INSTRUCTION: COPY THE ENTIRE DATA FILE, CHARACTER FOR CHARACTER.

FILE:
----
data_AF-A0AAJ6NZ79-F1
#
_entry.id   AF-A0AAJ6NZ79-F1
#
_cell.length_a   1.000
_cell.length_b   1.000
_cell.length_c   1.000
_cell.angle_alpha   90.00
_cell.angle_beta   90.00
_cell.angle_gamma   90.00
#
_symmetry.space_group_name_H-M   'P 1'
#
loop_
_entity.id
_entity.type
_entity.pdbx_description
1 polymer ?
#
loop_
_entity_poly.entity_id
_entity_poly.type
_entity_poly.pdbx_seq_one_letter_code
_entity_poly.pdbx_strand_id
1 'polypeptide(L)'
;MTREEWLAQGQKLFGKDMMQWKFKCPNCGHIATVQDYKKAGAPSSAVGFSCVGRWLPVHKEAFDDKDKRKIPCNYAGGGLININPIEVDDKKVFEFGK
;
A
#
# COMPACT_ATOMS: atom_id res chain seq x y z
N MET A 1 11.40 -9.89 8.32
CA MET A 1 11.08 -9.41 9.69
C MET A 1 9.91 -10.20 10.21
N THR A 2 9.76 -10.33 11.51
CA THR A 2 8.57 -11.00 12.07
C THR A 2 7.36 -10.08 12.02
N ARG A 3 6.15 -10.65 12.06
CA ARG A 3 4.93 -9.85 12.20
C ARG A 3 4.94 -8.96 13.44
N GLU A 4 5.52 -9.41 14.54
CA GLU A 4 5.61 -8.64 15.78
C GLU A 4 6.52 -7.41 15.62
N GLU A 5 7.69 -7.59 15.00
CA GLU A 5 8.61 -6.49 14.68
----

data_AF-A0AAJ6NZ79-F1
#
_entry.id   AF-A0AAJ6NZ79-F1
#
_cell.length_a   1.000
_cell.length_b   1.000
_cell.length_c   1.000
_cell.angle_alpha   90.00
_cell.angle_beta   90.00
_cell.angle_gamma   90.00
#
_symmetry.space_group_name_H-M   'P 1'
#
loop_
_entity.id
_entity.type
_entity.pdbx_description
1 polymer ?
#
loop_
_entity_poly.entity_id
_entity_poly.type
_entity_poly.pdbx_seq_one_letter_code
_entity_poly.pdbx_strand_id
1 'polypeptide(L)'
;MTREEWLAQGQKLFGKDMMQWKFKCPNCGHIATVQDYKKAGAPSSAVGFSCVGRWLPVHKEAFDDKDKRKIPCNYAGGGLININPIEVDDKKVFEFGK
;
A
#
# COMPACT_ATOMS: atom_id res chain seq x y z
N MET A 1 11.40 -9.89 8.32
CA MET A 1 11.08 -9.41 9.69
C MET A 1 9.91 -10.20 10.21
N THR A 2 9.76 -10.33 11.51
CA THR A 2 8.57 -11.00 12.07
C THR A 2 7.36 -10.08 12.02
N ARG A 3 6.15 -10.65 12.06
CA ARG A 3 4.93 -9.85 12.20
C ARG A 3 4.94 -8.96 13.44
N GLU A 4 5.52 -9.41 14.54
CA GLU A 4 5.61 -8.64 15.78
C GLU A 4 6.52 -7.41 15.62
N GLU A 5 7.69 -7.59 15.00
CA GLU A 5 8.61 -6.49 14.68